Roots of Creation
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Roots of Creation

Keene, New Hampshire, United States | SELF

Keene, New Hampshire, United States | SELF
Band World Reggae


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This band has not uploaded any videos



"Roots of Reggae-Four piece band expores "one people" philosophy"

By Richie Victorino

When your roots are strong, you're bound to grow.

That's what a local reggae-style band, Roots of Creation, have realized.

But when four guys cram into a three-bedroom house to live, will their roots be torn to shreds? Will their lives quickly turn into an episode of the Real World where Bill sleeps with Jan, who in turn sleeps with Doug, who then sleeps with Bill?

Apparently not.

Wait a minute. Let me do my math here. Four guys, three bedrooms. So what's the deal?

"Yeah, our bass player, Stich, and our drummer, Mike D, share a room," said founding member Brett Wilson.

How unfortunate. but drummers and bassists should be close. Well, maybe not that close.

Since this incarnation of R.O.C. came to fruition two years ago, Wilson has watched his musical baby evolve into a responsible young adult.

"These past two years, I've seen the most growth for the band," Wilson said.

Creatively Wilson feels the music has never been tighter, which he chalks up to the constant practicing the band can commit to by living in the same home.

"But business-wise as well, growth has come," Wilson added.

Signing with a booking agency, starting a small record label and focusing on recording their second album are all accomplishments R.O.C. can feel proud of.

The band's first studio album, /The End of the Beginning/, was released in October, 2004, just as the then-quintet suddenly found themselves as a foursome.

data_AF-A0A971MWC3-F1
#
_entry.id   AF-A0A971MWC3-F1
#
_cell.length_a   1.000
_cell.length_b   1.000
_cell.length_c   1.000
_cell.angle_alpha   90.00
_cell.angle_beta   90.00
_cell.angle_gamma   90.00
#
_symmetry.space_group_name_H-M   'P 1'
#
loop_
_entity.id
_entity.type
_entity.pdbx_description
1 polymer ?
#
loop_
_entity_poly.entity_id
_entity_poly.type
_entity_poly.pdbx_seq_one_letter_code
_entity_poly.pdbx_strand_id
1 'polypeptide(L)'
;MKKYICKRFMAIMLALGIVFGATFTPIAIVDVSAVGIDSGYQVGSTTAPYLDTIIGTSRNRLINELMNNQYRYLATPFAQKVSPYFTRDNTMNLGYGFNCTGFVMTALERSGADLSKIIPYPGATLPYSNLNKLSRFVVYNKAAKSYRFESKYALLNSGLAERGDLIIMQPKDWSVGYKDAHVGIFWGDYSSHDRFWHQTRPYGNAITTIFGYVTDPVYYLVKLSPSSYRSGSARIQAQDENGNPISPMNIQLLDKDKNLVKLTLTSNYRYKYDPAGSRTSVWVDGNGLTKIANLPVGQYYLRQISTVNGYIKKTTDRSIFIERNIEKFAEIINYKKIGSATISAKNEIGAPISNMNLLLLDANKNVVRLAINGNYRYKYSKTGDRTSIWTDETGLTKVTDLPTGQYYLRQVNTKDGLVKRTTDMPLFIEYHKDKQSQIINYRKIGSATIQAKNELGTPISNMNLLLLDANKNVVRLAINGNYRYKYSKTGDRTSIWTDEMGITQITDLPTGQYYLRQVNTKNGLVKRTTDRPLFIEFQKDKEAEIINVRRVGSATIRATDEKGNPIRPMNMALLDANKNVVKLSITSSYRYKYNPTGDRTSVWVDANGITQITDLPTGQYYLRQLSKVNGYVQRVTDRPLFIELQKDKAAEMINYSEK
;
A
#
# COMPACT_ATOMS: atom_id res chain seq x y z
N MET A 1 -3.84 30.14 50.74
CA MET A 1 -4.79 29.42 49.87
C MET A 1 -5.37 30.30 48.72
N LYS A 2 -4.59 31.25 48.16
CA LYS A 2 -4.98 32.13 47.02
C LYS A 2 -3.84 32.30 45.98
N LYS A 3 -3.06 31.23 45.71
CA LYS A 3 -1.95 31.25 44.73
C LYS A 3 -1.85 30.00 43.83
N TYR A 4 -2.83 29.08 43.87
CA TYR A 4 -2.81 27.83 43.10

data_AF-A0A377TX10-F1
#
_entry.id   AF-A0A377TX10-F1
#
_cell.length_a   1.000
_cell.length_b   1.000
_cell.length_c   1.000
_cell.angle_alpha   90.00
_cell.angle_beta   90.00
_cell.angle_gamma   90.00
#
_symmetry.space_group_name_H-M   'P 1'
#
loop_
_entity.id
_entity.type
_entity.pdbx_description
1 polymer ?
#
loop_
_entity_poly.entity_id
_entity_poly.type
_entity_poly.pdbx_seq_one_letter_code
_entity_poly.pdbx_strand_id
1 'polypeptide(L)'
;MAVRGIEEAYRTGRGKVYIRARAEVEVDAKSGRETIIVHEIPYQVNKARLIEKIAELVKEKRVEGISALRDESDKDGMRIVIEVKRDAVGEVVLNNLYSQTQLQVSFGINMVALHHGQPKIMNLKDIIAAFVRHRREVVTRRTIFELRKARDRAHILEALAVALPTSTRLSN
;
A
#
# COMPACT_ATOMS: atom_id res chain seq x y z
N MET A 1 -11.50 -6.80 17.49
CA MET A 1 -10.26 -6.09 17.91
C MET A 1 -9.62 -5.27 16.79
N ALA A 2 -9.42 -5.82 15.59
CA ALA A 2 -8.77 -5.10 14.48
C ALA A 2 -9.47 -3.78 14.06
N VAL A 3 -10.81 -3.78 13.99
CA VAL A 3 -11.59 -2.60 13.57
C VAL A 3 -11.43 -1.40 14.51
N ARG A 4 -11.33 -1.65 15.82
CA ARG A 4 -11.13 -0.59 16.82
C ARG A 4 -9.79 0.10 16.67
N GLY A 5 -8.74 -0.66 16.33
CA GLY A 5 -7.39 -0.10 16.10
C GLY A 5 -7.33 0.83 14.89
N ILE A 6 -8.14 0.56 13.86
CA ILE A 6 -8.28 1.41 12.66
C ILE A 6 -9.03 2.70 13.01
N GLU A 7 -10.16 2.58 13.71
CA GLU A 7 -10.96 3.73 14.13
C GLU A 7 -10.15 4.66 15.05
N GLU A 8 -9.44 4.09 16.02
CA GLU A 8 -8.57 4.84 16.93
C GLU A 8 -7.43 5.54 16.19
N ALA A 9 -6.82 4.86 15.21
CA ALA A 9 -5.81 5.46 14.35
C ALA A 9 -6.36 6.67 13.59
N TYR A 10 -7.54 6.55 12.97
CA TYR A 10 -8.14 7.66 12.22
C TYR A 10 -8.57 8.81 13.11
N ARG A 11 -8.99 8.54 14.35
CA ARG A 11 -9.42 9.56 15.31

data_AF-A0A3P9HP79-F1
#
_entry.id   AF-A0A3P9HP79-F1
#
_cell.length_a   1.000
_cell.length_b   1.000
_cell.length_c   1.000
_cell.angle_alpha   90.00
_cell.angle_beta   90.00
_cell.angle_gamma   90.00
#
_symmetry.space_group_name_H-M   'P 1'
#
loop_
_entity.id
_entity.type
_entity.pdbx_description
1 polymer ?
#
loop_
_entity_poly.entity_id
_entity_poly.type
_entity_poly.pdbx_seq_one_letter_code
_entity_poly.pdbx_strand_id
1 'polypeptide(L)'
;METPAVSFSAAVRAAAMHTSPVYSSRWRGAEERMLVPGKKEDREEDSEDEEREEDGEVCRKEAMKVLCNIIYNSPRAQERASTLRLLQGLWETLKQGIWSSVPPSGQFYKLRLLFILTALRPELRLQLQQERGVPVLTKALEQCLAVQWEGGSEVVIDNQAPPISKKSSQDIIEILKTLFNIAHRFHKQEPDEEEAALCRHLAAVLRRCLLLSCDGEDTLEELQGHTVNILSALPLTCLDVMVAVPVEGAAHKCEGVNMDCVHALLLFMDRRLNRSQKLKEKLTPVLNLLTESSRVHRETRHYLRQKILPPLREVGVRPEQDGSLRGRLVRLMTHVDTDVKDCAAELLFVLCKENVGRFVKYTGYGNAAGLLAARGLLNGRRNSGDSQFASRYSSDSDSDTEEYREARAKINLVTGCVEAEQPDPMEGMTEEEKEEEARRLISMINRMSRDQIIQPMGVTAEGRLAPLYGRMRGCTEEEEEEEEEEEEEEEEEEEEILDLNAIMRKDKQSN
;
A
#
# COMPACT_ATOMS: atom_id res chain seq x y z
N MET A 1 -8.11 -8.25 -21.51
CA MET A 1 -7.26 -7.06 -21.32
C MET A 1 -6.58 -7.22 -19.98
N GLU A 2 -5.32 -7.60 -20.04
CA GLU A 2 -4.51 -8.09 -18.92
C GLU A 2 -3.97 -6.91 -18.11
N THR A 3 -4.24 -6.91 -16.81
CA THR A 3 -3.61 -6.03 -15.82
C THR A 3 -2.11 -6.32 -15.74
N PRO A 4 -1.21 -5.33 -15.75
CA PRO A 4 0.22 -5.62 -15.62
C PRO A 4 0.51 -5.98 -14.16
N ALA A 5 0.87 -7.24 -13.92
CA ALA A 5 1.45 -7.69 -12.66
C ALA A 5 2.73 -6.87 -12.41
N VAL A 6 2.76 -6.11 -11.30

"Now we're moving forward," Wilson said.

R.O.C. definitely has strong reggae inspirations. Song titles like "One Volcano" and "Another Song of Freedom," are obvious tributes to Bob Marley tracks, while songs like "Mt. Zion" show off R.O.C.'s ability to be creatively unique as a New Hampshire-based reggae band.

Wilson was raised in a home that followed Eastern culture and the "we are all one people" belief. He grew up listening to punk rock, and still listens to it.

"I like punk rock, the whole rebelling against the system" Wilson said. "But in a positive way. All people are one people."

R.O.C. will take some time off in the winter — though they'll play a few gigs around New Years — to record their second album. After which, they'll embark on a month-long tour up and down the East Coast.

*The music*

/The End of the Beginning/ is an entertaining mix of instrumentals, reggae flavors with great vocals, exploratory jams and energetic percussions.

A song like "6 AM" captures the essence of reggae; the ability to sit back, relax, smile and light up ... an incense stick.

But don't label these guys a bunch of reggae-wannabe hippies. They've got talent and variety. "Another Song of Freedom" shows off the band's ability to rap atop rock music, much like G. Love and Special Sauce.

You can listen to every song on /The End of the Beginning / at the band's website, Their website also allows you to download live shows, as does

Wilson recommends downloading the Stone Church show, from Newmarket, N.H. You can buy the album at,, at Newbury Comics, Toadstool Bookstores in Milford and at live shows.

Roots of Creation is:

Brett Wilson, singer/songwriter/lead guitar; Mike Chadinha, drums/vocals/percussion; Ian Stich, bass/vocals; Tal Pearson, keyboard.

Upcoming local shows:

Sept. 15, 9 p.m. at the Stone Church located at 5 Granite St., Newmarket, N.H. 659-6321.

Sept. 21, 9 p.m. at The Courtyard, Lowell, Mass. located at 289 Central St., Lowell, Mass. (978) 458-8150. - The Hippo Press

"Bands You May Not Have Heard of Yet…But You Will!"


Bands You May Not Have Heard of Yet…But You Will!

By Rebecca Carter